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Minnesota House approves legislation to prohibit insurers from discriminating against organ and bone marrow donors

Tuesday, May 17, 2022

SAINT PAUL, Minn. – Today, the Minnesota House approved a bill to stop insurance carriers from discriminating against organ and bone marrow donors. The bipartisan bill, authored by Rep. Kaohly Vang Her (DFL – St. Paul), prohibits insurers from declining or limiting coverage based solely on a person’s status as a living donor.  

“This issue has special significance for me because I have a kidney disease and will eventually need a transplant,” said Rep. Her. “Insurance companies shouldn’t be allowed to discriminate against Minnesotans who help save people like me. This bill ensures organ and bone marrow donors can access insurance and don’t have to pay more for coverage. It’s an important step to protect the economic security of living donors.” 

Since being a donor is considered a preexisting condition, some people have difficulty finding insurance or face higher premiums after donation. The Affordable Care Act bars health insurance providers from refusing to cover people or charging them more because they have a preexisting condition. However, living donors may experience challenges when they seek other forms of insurance. In a 2015 study performed by Johns Hopkins University, 25 percent of participants who applied for or changed their life insurance policy after donating an organ had difficulty obtaining their desired coverage. 15 percent were charged a higher premium, and 12 percent were denied coverage altogether.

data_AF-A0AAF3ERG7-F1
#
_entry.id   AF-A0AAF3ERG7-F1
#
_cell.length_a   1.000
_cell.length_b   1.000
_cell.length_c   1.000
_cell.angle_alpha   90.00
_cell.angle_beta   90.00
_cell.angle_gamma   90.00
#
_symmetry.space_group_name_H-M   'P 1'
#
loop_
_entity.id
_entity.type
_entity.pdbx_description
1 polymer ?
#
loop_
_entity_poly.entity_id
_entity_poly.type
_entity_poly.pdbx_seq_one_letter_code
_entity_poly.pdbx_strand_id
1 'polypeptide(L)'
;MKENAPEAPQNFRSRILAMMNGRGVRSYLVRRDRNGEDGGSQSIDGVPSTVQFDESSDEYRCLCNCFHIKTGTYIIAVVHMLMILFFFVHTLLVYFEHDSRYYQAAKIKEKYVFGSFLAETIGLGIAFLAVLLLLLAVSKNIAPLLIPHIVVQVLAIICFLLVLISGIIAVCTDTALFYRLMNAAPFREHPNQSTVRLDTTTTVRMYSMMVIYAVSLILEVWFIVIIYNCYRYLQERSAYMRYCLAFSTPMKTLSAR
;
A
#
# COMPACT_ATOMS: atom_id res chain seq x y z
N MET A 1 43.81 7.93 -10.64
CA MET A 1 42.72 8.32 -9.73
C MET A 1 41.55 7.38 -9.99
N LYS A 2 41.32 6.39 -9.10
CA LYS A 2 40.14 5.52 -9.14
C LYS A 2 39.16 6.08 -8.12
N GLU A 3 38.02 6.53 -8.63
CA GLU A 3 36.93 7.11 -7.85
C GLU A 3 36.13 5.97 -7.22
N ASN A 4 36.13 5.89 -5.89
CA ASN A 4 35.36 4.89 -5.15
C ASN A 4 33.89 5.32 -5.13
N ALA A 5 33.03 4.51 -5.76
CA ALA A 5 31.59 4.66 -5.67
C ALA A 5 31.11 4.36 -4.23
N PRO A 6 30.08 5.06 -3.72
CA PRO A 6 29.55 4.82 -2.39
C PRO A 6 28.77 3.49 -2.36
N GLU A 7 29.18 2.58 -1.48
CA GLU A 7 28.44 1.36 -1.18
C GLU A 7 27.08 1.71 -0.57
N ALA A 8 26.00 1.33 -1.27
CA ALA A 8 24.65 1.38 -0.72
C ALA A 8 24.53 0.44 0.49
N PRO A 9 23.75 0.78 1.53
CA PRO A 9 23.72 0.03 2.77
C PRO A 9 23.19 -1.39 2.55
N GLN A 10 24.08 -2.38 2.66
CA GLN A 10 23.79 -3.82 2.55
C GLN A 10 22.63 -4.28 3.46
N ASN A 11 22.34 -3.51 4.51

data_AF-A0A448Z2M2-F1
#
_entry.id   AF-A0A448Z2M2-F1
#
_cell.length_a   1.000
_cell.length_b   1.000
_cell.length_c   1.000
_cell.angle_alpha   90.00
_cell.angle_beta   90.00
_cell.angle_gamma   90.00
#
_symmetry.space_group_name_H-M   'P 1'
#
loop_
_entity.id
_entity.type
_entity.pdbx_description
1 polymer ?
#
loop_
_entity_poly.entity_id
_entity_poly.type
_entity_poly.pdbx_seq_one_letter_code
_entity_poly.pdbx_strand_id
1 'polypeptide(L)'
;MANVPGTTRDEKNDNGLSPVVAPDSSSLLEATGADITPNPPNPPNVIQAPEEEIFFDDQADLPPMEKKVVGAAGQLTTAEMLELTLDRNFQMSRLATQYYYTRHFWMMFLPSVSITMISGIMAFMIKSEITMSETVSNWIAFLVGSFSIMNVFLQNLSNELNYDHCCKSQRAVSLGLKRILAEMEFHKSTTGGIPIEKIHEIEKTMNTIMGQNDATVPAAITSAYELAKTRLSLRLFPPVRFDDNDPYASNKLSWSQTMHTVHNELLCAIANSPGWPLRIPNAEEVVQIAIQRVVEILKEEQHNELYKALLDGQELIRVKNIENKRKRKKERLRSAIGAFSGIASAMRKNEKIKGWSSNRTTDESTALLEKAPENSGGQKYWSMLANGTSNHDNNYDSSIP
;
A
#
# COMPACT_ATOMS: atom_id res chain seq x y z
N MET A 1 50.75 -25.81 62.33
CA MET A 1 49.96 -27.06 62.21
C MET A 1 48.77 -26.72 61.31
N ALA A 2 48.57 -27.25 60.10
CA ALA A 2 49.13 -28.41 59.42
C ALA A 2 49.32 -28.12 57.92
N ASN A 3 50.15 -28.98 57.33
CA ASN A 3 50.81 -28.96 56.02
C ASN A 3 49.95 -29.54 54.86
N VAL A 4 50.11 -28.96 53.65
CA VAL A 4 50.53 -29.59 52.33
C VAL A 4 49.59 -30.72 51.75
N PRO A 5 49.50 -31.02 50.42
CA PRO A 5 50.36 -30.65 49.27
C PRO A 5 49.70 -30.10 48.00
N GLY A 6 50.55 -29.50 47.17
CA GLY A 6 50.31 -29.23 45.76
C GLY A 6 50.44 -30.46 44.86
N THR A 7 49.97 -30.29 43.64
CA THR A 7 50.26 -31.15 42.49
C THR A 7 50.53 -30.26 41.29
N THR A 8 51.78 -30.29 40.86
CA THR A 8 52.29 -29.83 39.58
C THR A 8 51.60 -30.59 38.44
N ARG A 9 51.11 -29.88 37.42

The bill prohibits life, long-term care, and disability insurance carriers from declining or limiting coverage because a person is an organ or bone marrow donor. It also prohibits discriminating in the premium rating, offering, issuance, cancellation, amount of coverage, or any other condition based solely on donor status. If signed into law, the bill will take effect on August 1, 2022.  

More Minnesotans may be able and willing to become living donors if insurers can’t discriminate against them. The need for donors is significant, and people who receive organs from living donors have the best outcomes. Living donations can also reduce wait times for those who receive organs from deceased donors and reduce government spending on dialysis and other medical procedures. 

This bill is supported by the National Kidney Foundation and Minnesota Insurance and Financial Services Council. Similar legislation has passed in 20 states and is awaiting signature in four more. 

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